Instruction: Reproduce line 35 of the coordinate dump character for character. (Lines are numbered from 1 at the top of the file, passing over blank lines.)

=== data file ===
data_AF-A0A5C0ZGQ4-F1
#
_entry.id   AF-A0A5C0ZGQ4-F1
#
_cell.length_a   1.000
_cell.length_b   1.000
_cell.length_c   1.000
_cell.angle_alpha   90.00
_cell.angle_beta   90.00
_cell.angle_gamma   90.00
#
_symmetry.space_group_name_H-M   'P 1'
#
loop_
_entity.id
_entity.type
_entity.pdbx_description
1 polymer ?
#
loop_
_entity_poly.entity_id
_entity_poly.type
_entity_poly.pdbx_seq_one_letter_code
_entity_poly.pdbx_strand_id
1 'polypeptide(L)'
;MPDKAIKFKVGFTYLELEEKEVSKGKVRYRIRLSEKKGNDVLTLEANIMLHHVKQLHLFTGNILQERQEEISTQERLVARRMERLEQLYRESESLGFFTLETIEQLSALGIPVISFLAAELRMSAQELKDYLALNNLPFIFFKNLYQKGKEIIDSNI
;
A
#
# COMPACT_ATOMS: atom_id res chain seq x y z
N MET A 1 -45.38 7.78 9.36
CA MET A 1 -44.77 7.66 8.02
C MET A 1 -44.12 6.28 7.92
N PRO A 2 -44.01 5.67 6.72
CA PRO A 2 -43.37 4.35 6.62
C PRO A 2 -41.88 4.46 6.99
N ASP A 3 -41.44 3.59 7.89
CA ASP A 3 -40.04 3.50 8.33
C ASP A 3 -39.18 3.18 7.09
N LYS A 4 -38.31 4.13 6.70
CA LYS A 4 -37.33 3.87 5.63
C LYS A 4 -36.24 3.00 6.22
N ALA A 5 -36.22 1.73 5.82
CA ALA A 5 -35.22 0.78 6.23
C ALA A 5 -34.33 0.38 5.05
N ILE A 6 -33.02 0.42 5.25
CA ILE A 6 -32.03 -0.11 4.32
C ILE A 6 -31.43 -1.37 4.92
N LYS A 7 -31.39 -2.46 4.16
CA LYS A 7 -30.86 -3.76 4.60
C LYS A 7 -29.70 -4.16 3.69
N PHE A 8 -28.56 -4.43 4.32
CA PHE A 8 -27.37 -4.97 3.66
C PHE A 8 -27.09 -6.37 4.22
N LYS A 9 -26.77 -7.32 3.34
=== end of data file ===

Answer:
CA PRO A 2 -43.37 4.35 6.62